Covid-19 Threat Continues
As the number of Covid-19 cases and casualties in India fell significantly over the last few weeks after a devastating second wave caused untold suffering to the citizens, with thousands of families losing their near and dear ones to the virus, cash-strapped state governments have started relaxing lockdown restrictions. Governments are on the horns of a dilemma as restrictive measures are necessary to control the spread of the virus and casualties on one hand and economic activities need to be resumed on the other, after months of closure. Business community has expressed concern over lockdown, arguing that it is not only affecting the daily wage earners, who have been pushed to life and death situations with their source of livelihood being completely cut off, but also small entrepreneurs and start-ups. The clamour from the traders and public alike to lift, or at least to relax the restrictive measures has grown louder. The frustration is clear and the complaints are genuine but lockdown relaxation in some states has been greeted with people thronging the streets, shopping malls, dine-in restaurants, religious places and tourist spots, quite similar to the sight witnessed when the restrictions were relaxed during the first wave last year. Many health experts had said complacency that followed after the dip in cases gave room for the second wave to create havoc across the country.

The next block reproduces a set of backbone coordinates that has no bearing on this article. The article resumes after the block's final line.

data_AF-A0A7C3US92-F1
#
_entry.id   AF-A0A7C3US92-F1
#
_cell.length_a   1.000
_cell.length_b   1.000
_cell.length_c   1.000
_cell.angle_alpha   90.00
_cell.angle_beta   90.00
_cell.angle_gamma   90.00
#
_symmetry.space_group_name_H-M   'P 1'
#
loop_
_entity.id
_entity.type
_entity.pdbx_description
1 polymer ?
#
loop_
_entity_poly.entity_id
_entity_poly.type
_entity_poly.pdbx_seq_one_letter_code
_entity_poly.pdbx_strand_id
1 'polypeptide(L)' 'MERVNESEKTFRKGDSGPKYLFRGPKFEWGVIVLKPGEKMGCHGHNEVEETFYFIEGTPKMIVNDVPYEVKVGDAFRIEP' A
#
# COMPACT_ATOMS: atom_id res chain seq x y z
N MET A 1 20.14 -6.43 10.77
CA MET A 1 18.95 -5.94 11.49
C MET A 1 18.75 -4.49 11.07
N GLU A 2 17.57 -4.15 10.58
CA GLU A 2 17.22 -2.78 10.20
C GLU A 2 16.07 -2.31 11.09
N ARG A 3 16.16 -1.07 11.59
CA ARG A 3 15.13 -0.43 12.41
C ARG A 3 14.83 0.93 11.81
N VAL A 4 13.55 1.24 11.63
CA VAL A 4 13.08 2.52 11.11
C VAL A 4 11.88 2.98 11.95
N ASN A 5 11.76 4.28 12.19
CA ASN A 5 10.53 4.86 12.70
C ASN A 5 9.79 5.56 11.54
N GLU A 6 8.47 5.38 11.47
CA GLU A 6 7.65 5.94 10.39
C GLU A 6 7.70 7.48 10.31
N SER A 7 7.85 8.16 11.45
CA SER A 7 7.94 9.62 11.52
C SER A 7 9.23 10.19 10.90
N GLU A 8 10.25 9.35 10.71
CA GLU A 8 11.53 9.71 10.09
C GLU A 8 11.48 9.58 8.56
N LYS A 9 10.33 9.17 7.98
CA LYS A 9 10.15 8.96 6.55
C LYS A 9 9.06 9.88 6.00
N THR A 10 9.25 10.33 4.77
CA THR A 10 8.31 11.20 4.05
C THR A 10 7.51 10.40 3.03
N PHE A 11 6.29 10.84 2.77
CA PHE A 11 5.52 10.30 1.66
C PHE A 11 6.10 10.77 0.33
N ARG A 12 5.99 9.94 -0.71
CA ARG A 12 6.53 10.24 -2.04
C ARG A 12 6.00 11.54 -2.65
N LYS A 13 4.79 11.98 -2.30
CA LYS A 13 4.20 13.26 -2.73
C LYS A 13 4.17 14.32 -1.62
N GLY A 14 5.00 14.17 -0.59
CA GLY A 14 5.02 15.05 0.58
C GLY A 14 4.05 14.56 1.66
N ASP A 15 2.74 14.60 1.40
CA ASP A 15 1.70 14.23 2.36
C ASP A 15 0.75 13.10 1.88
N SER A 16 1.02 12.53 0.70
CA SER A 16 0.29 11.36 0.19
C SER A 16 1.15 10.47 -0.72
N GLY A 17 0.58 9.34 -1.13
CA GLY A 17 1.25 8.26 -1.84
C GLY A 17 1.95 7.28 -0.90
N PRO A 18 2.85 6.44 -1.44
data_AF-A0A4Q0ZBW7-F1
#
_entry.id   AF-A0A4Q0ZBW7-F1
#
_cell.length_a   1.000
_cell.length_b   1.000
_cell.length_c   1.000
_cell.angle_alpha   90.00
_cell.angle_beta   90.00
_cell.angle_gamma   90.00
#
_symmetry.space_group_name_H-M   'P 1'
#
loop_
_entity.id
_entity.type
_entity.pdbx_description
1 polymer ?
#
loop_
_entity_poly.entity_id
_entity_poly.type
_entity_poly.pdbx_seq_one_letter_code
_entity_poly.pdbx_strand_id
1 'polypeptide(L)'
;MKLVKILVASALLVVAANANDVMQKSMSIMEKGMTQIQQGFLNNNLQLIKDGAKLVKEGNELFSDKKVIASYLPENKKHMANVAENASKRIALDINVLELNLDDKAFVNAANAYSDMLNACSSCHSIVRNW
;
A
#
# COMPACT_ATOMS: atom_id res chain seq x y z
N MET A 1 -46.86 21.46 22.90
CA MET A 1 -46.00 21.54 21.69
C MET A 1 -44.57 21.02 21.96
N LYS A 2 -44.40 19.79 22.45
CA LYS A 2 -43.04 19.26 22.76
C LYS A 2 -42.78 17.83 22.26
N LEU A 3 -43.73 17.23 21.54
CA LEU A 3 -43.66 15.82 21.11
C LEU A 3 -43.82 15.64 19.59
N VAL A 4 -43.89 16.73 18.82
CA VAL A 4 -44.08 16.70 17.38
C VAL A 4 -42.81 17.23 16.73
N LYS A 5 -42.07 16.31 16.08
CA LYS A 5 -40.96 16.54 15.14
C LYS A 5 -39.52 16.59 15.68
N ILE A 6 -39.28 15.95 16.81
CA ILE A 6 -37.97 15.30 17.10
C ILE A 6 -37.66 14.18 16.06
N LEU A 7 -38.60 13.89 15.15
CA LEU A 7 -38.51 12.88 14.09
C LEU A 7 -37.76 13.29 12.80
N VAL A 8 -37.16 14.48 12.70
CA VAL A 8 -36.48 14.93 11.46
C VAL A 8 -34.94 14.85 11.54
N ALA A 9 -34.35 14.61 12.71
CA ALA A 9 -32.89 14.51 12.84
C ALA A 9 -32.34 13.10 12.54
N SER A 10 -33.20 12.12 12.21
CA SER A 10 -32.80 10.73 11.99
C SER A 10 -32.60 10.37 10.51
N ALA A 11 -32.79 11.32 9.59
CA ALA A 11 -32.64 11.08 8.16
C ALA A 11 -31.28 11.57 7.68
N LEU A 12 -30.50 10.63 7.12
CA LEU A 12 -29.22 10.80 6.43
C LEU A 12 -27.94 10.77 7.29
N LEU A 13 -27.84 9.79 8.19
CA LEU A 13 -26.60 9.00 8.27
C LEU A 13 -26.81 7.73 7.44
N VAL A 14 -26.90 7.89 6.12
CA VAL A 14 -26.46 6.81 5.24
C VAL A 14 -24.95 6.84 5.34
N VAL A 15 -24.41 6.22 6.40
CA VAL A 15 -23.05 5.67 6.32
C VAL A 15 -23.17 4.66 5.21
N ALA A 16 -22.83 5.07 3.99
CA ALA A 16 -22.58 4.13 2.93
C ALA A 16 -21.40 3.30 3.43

Closer home, Nagaland managed to control the first wave effectively despite the return of stranded citizens from various Covid-affected states. The second wave affected the state more than the first one with more cases and casualties. But like its counterparts, the state has announced gradual lockdown relaxation starting from July 1 as daily fresh cases have dropped over the last few weeks. However, the state is far from safe as weekly positivity rate (ending June 25) is still 9 percent against the state’s target of below 5 percent. This indicates that there could be uneasy ease if the lockdown is lifted because of public pressure as positive cases could shoot up again as seen in the past, if the citizens do not follow basic preventive measures. WHO has pointed out that Covid transmission mostly happens in crowded places, close settings and enclosed spaces. While most companies in corporate sector have adapted well to “work from home” culture, it will take time for government sector to enable its employees to work from home. Another matter of concern is the spread of highly transmissible delta variant and the delta plus variant that could threaten senior citizens and children as well. This calls for the need to be vigilant and accelerate vaccination to mitigate a possible third wave of the pandemic besides following Covid-appropriate behaviour. There is no other way but to gradually relax lockdown but it should not compromise safety.